September is here and in some parts of India one might begin to see the arrival of birds that were not seen earlier. October is definitely the time when migratory birds begin to show up in various wetlands in India. Not only wetland birds but even those that prefer groves and forests also begin to arrive. Bird migration is fascinating and an ideal topic for projects. With the first set of exams just over and short vacation time from school, teachers can help plan a project on bird migration for their students. Shore birds or those arriving at different wetlands are easier to study than those found in wooded areas. A wetland (paddy fields, ponds, lakes, streams, rivers, estuaries, marshes, salt pans, seashores) offers an open area to observe birds. In forests, fruit orchards or sacred groves it is often difficult to spot them.
A project is an opportunity to study concepts in an integrated manner. Migration offers an opportunity to enhance thinking and writing skills through planning, investigating, collecting data, analyzing and inferring to learn the process of arriving at conclusions. Magnetism, geographic areas, flight, urban architecture, poetry, storytelling are topics that may be studied by observing bird migration. It offers an opportunity for creative writing, art work, drawing maps and reading, among several other educational activities. On another level the project can simply be a recreational one, aimed at developing a hobby – bird watching. Bird watching can be a great stress reliever.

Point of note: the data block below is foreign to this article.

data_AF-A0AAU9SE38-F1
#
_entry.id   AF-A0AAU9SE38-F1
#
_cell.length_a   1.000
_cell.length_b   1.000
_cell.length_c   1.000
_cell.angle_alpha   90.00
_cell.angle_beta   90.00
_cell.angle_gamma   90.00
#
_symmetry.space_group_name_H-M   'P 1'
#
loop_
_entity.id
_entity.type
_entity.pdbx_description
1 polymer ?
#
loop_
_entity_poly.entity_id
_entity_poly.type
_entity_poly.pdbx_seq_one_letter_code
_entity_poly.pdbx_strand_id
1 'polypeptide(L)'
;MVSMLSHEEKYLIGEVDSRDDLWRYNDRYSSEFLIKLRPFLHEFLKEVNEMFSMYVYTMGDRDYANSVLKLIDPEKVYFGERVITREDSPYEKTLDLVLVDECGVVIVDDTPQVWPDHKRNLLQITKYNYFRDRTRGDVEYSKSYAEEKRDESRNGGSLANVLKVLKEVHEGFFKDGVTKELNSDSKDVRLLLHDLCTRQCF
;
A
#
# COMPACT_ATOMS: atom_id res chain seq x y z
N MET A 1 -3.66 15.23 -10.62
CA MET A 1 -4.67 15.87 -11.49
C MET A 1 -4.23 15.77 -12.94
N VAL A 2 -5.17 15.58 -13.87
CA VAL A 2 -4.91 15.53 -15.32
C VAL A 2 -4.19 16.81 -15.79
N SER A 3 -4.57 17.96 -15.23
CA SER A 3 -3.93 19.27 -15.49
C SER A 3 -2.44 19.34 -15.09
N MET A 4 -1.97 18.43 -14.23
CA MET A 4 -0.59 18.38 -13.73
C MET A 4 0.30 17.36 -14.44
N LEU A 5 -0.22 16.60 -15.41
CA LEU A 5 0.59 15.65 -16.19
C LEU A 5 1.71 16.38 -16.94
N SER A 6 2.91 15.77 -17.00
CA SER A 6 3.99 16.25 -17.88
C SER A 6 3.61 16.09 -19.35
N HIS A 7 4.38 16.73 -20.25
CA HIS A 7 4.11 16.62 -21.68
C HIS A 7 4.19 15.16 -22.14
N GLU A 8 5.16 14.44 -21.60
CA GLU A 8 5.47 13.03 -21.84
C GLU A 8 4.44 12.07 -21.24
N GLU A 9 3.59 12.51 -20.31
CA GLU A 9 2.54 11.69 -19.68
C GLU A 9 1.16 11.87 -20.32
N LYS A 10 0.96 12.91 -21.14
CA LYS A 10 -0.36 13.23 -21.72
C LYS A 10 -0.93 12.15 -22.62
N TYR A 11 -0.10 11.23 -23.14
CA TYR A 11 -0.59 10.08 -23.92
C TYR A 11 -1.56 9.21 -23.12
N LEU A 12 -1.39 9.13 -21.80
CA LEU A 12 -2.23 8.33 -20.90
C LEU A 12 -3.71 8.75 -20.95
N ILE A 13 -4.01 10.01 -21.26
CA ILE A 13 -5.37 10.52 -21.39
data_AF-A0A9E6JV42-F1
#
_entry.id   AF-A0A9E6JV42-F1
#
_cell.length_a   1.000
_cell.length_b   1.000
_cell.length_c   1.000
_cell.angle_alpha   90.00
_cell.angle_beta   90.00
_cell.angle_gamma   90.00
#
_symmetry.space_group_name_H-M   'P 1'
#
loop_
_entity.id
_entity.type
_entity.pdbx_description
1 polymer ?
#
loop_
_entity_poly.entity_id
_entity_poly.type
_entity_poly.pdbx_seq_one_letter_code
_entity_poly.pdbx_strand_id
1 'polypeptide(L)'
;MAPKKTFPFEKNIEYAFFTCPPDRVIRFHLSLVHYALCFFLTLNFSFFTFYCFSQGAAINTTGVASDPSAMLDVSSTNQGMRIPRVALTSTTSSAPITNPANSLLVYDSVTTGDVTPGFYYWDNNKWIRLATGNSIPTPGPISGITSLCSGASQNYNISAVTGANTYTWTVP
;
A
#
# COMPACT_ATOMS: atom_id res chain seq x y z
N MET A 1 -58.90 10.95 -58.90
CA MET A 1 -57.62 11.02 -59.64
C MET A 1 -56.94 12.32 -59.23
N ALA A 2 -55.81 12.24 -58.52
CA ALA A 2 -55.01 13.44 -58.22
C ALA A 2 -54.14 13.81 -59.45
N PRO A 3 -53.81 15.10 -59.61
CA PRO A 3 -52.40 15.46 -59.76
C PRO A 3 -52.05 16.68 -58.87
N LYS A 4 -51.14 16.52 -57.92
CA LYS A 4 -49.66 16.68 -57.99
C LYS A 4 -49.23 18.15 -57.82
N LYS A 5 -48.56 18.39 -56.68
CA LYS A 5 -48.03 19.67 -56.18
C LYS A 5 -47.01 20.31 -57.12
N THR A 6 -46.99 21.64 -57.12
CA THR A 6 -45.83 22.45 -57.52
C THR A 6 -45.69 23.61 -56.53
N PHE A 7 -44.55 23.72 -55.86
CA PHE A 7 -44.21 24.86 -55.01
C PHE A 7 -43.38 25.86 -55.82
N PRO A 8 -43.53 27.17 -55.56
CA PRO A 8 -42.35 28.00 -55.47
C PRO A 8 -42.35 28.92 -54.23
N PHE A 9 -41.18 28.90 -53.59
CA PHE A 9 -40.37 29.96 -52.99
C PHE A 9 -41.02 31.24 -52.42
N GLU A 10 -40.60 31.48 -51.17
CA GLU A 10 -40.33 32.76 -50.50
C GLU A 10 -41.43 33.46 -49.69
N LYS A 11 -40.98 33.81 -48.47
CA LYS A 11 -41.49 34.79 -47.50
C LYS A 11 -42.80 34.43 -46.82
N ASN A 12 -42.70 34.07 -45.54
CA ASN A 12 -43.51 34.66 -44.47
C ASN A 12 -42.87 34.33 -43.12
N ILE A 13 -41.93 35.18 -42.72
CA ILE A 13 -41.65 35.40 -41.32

Requirements for a study project
An area of study and a clear objective are two most important requirements. Often, if the objectives of the study are not clearly stated then the project tends to meander off and students end up collecting information without improving their cognitive skills. Teachers may go through some of the sites listed under references to know what concepts about bird migration can be learnt through the objectives they have chosen.
Based on the objectives of the project, the presentation of the project could be in the form of a series of posters, paintings/artwork of a few birds, stories about a migrating bird or birds (its trials and travails could fire a youngster’s imagination), map work showing the migratory route or scientific communication.
Here are a few questions that may help kick start a discussion on bird migration before deciding how the teacher and students want to proceed:
How do birds decide that it’s time to migrate?
Why do they migrate?
How do birds learn/decide where to go?
How do they navigate?
What are some of the dangers or obstacles they have to face?
How do they overcome the migration hazards?
What are “migration traps” and “range maps”?
Are all migrants from outside our country or are there local migrants too? (Types of migration)
If you have access to computers, then let your students play this game to get a basic understanding of what birds do/need during migration. https://nationalzoo.si.edu/migratory-birds/play-migration-game After they have played this game, you may move on to your project or ask them to design a similar game for an Indian bird – the Amur falcon.
The author is a consultant for science and environment education. She can be reached at email@example.com.